Sketch: Cameron on the run over his ‘precious’ NHS

The PM's attempts to distract us from his NHS concessions were staggering. Pointing the other way and shouting "look!" would have been more effective.

By Alex Stevenson

A strange image struck me as I listened to David Cameron in full retreat on the coalition's NHS reforms – that of the view from a rocket ship as it jettisons one of its used-up lower stages on leaving the Earth's atmosphere. From black, the vast section of the spaceship falls away below. As it does so, the enormity of the distance between it and the ground is revealed. It's a hell of a long way.

There were significant, real concessions on offer today. The 18-week waiting time target will be kept; hospital doctors and nurses will be involved in commissioning, rather than just GPs; and regulator Monitor will no longer be solely focused on promoting competition. There they were, desperately jettisoned by the prime minister. Those watching the process couldn't help noticing that these concessions were small-scale, really. Given how sweeping these proposed changes are, there's a lot further to fall.

This is an unfortunate side-effect of having a six-week listening pause. It has allowed everyone to get so worked up about the planned NHS changes it has become plausible for the legislation to be abandoned completely. That's the demand of the British Medical Association (BMA), for example, whose offices I walked past on the way to Cameron's speech. Last month its chief, Hamish Meldrum, was telling me the government's proposals are so wrongheaded, so flawed practically and ideologically, that – as Nick Clegg said – it would be better to scrap the health and social care bill completely.

Today Cameron presented us with his take. Big news – he's not going to scrap the reforms completely. Instead he is backing down where he has to and muddying the waters where he can get away with it. Make no mistake: the prime minister is on all cylinders, straining to minimise the damage from the wreckage. Doing so requires all the tricks in the political playbook. Don't let them fool you. This is a government falling over itself in retreat.

Monitor's competition focus was a case in point. "This could be misinterpreted," Cameron claimed. He sounded a little aggrieved, as if it was very wrong for the entire healthcare community to conclude his focus was solely on competition. All he had done was tell the regulator to concentrate on nothing else. "Competition," he explained, "is a means to an end". It is now one of a number of solutions, not the be-all and end-all.

The PM would have you believe it was always this way. When he insisted that "we're not driven by ideology", I feared some of those present might implode on the spot in frustration. If it is not about ideology – a deep-seated conviction that injecting competition into the NHS wherever possible is a good thing – then what is it that motivates these reforms?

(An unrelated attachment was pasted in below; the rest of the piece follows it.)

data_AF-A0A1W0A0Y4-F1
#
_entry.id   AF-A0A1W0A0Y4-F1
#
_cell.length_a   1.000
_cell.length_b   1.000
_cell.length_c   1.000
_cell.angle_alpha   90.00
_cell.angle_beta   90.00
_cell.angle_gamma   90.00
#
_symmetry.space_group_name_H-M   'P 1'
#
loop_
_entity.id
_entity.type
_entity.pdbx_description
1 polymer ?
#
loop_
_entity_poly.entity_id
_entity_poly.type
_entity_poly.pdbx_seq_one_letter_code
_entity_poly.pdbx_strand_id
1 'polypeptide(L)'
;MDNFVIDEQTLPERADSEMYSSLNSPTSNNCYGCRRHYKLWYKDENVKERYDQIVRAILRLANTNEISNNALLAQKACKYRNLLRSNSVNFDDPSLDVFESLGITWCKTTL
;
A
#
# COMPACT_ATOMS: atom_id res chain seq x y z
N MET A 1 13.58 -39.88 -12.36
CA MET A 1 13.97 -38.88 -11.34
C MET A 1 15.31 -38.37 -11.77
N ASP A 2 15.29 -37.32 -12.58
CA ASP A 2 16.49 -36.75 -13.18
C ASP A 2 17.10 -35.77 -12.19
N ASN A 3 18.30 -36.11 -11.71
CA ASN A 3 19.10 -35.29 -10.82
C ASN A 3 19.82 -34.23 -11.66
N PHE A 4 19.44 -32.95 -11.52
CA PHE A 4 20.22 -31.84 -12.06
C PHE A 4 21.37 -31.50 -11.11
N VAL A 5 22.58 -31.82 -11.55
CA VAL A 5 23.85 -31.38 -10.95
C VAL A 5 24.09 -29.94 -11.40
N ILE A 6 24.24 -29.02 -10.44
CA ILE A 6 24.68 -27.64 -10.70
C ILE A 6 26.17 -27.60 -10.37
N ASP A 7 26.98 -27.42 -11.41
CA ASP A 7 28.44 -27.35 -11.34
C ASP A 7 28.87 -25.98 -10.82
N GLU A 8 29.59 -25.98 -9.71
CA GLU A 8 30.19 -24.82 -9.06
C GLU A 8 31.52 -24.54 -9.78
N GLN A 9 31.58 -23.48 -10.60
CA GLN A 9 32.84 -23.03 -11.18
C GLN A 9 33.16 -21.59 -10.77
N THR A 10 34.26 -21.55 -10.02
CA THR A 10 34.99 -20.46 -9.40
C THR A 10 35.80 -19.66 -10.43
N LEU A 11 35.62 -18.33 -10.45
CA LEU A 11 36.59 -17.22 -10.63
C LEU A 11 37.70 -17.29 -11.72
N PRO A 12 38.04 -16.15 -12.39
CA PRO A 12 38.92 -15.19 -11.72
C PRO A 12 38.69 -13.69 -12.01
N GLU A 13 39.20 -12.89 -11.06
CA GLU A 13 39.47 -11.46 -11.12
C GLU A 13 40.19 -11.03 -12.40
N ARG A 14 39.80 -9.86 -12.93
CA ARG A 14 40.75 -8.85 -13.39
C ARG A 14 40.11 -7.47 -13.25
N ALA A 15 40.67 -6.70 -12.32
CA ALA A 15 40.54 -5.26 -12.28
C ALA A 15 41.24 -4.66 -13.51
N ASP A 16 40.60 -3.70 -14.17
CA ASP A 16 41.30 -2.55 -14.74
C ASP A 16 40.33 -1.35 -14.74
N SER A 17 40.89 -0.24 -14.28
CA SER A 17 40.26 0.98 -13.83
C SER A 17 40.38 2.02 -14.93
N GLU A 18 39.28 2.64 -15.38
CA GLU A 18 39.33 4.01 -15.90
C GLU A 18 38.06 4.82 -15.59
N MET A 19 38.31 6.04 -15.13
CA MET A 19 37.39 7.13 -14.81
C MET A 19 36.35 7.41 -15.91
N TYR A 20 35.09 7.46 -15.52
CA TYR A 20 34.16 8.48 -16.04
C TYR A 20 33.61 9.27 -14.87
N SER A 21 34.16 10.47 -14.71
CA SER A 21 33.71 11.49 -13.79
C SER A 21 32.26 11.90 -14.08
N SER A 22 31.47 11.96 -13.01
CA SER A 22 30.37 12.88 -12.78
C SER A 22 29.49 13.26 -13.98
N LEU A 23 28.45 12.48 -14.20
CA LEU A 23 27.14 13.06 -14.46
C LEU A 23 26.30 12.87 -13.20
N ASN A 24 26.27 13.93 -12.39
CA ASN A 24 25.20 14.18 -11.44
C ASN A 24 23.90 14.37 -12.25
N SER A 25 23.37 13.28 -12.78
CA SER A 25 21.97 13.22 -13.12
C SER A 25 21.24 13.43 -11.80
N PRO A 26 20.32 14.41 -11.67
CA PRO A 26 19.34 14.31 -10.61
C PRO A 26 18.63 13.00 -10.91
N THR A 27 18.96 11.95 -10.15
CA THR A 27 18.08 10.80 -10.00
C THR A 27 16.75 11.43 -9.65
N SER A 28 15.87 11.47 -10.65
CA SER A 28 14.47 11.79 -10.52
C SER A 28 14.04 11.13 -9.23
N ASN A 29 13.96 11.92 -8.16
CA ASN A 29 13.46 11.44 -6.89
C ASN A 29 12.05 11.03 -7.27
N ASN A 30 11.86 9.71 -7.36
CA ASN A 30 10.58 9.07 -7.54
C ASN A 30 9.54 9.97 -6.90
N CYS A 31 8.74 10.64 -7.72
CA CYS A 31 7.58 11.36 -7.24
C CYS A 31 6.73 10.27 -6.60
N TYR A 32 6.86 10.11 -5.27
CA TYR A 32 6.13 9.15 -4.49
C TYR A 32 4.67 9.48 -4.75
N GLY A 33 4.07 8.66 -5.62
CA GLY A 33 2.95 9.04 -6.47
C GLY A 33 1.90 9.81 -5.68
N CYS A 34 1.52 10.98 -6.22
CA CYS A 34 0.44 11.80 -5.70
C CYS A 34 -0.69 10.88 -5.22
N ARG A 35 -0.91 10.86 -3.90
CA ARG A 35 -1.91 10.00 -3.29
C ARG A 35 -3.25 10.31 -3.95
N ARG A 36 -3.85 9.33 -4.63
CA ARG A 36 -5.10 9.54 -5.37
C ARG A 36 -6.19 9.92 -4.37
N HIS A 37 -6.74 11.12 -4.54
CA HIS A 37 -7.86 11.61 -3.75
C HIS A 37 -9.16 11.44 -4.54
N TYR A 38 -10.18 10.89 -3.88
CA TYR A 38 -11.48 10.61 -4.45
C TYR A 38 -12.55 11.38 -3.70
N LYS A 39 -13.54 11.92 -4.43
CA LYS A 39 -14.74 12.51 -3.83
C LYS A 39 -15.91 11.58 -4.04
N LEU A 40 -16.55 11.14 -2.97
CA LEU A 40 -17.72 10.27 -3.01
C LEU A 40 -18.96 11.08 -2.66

Cameron's deception operations were strained to the limit. Nowhere were they more extravagant than in the suggestion that the listening pause was succeeding in persuading those talking to ministers, rather than the other way round, that they should switch their position. "I think a whole load of people are changing their view," Cameron said. The purpose is to make it seem less conspicuous that the government is doing so. "I don't see the point in being too defensive about it," the PM shrugged. He has spent the last six weeks doing nothing but defending.

The reassurance tactic hasn't been abandoned, either. Cameron does this by calling the NHS "precious", like he is auditioning for a Lord of the Rings part. He is a "huge fan". He would not want to mess with its basic principles. "We will not be selling off the NHS," he promised. At least one person I saw wrinkled his nose at this. "Really?" they wrinkled. "Really?"

Labour has been rather left behind by the NHS debacle, largely because they did not commit to maintaining real-terms increases in NHS spending before the general election. Ed Miliband, holding his monthly press conference earlier, won a miniscule victory when he invited Cameron to resume cross-party talks on adult social care – and the prime minister agreed. The biggest highlight of the press conference came when he used the phrase "cak-handed" (cack? kak? qac?) to describe the mismanagement of the NHS reforms. He asked of primary care trusts: "Are they supposed to carry on in diminished form?" I suppose the Labour party asked itself the same question after the general election.

Miliband's comments on the NHS were frustratingly brief – he is not yet back in mid-season form after his honeymoon. It's his job to undermine the PM's retreat, tripping him up where possible, exposing the listening pause process for what it really is. There is a sense that even without him the NHS reform fiasco will rumble horribly on. Concessions have already been jettisoned, but the whole bill could yet be endangered.

Things which fall back to Earth, of course, tend to burn up on re-entry. By the time we're through with this process, there may not be much left of the NHS reforms at all.